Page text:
PARIS, March 22 French oil major Total
on Friday launched a new supercomputer that will help it find
oil 15 times faster than before and rank it among the world's
top 10 institutions in terms of computing power.
The machine, called Pangea, will allow the Paris-based group
to help gauge more precisely the potential of exploration wells
and the size of its oil reserves.
Pangea helped analyse seismic data from Total's Kaombo
project in Angola in just nine days, instead of the four and a
half months it would have taken with its previous computer,
Philippe Malzac, IT director at Total's Exploration division,
Total trumps British rival BP with the 2.3-petaflop
supercomputer. BP said last December it was building a 2
petaflop supercomputing facility in Houston, Texas.
"Our competitors are also working on these kind of
algorithms, but we think this is giving us a head start," Malzac
Malzac declined to disclose the purchasing cost of the new
system, but said it would spend 60 million euros ($77.55
million) to run it over the next four years.
The computer is 15 times more powerful than its previous
Rostand computer, which it has used since 2008, with computing
capacity equivalent to that of 27,000 office computers.
Oil prices have stood above $100 a barrel -- a comfortable
level for investment -- for most of the last two years, pushing
oil and gas companies to spend ever more on exploration and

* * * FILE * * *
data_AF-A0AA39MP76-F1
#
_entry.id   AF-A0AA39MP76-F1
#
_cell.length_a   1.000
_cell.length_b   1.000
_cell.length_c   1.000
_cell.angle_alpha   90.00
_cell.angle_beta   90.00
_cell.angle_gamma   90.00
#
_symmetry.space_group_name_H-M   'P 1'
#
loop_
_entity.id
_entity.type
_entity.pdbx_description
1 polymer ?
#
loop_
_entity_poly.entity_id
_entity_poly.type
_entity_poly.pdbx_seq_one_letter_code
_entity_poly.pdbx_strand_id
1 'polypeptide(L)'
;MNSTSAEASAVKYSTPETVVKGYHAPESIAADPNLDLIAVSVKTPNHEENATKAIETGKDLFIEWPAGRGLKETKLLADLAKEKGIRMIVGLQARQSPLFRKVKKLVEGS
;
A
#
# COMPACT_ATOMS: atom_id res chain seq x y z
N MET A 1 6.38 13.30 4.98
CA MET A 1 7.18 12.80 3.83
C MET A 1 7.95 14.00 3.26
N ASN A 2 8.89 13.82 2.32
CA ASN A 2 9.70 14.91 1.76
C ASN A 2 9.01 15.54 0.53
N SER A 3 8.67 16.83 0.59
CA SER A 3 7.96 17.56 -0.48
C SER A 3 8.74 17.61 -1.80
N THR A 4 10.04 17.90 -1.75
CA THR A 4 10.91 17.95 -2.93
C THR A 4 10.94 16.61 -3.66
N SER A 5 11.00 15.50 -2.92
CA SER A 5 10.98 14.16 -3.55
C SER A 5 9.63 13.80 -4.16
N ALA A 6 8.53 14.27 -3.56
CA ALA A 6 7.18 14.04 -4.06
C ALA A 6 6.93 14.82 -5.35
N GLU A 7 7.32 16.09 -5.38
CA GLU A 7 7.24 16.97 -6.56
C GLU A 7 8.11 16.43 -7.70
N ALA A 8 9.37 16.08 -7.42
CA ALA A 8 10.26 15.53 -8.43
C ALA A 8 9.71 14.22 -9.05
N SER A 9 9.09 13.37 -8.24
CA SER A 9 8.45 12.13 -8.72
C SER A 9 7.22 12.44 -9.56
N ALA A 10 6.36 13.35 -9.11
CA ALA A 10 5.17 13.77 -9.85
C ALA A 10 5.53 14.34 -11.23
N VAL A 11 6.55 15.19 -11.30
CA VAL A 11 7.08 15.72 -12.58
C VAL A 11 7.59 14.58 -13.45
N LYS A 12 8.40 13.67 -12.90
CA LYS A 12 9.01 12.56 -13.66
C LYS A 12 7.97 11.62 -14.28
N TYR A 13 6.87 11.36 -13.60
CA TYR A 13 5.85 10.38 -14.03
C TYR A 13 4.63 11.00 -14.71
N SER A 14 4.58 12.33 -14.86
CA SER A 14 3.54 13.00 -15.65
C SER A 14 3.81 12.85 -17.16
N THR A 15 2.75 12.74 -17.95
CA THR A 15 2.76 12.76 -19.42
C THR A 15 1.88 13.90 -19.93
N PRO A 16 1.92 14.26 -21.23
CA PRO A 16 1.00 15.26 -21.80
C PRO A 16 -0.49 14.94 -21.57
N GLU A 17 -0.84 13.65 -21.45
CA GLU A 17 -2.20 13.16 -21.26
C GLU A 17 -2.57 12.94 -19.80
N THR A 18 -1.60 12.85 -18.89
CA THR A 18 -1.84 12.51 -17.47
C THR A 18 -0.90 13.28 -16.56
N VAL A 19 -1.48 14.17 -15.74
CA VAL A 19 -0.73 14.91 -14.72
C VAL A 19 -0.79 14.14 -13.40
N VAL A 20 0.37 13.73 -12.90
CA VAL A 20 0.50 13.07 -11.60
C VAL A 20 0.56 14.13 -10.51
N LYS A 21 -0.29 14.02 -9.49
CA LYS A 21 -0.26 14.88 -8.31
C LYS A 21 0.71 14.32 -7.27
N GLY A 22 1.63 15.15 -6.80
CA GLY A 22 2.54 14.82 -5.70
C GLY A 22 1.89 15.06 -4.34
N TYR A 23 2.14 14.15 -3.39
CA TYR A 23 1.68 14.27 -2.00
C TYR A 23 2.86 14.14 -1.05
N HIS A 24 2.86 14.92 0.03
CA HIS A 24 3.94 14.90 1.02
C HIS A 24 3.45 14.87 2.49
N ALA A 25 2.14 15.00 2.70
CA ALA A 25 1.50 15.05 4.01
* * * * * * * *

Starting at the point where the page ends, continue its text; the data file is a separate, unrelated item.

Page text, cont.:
drilling in high-risk but lucrative areas, mostly under the
Total said earlier this year it would raise its exploration
budget to $2.8 billion this year, a 12 percent increase from the
The supercomputer, built by California-based Silicon
Graphics International (SGI), will be stored at Total's
research centre in the southwestern French city of Pau.
The global market for high-performance computers is growing
at 7 percent a year, with the top-end of the market rising by up
to 28 percent annually, said Bill Mannel, Vice-President of
Product Marketing at SGI.
Large multinational firms are now using systems as powerful
as some military equipment, Mannel said.
"At the same time we're installing Total, we're actually
installing a very large system for the U.S. Defense department,
with similar kind of capability, at the U.S. air force site in
Ohio," he added.
Supercomputers are ranked twice a year, in June and
November, by the TOP500 table (www.top500.org).
With Pangea, Total ranks ninth on that list, putting it two
ranks above the most powerful supercomputer in France, which is
used by top public nuclear research centre CEA and built by
French company Bull.
The world's most powerful supercomputer in last November's
ranking was Titan, which is located in Tennessee and was funded
by the U.S. Department of Energy. Titan is used in the fields of
astrophysics and climate change simulations, among others.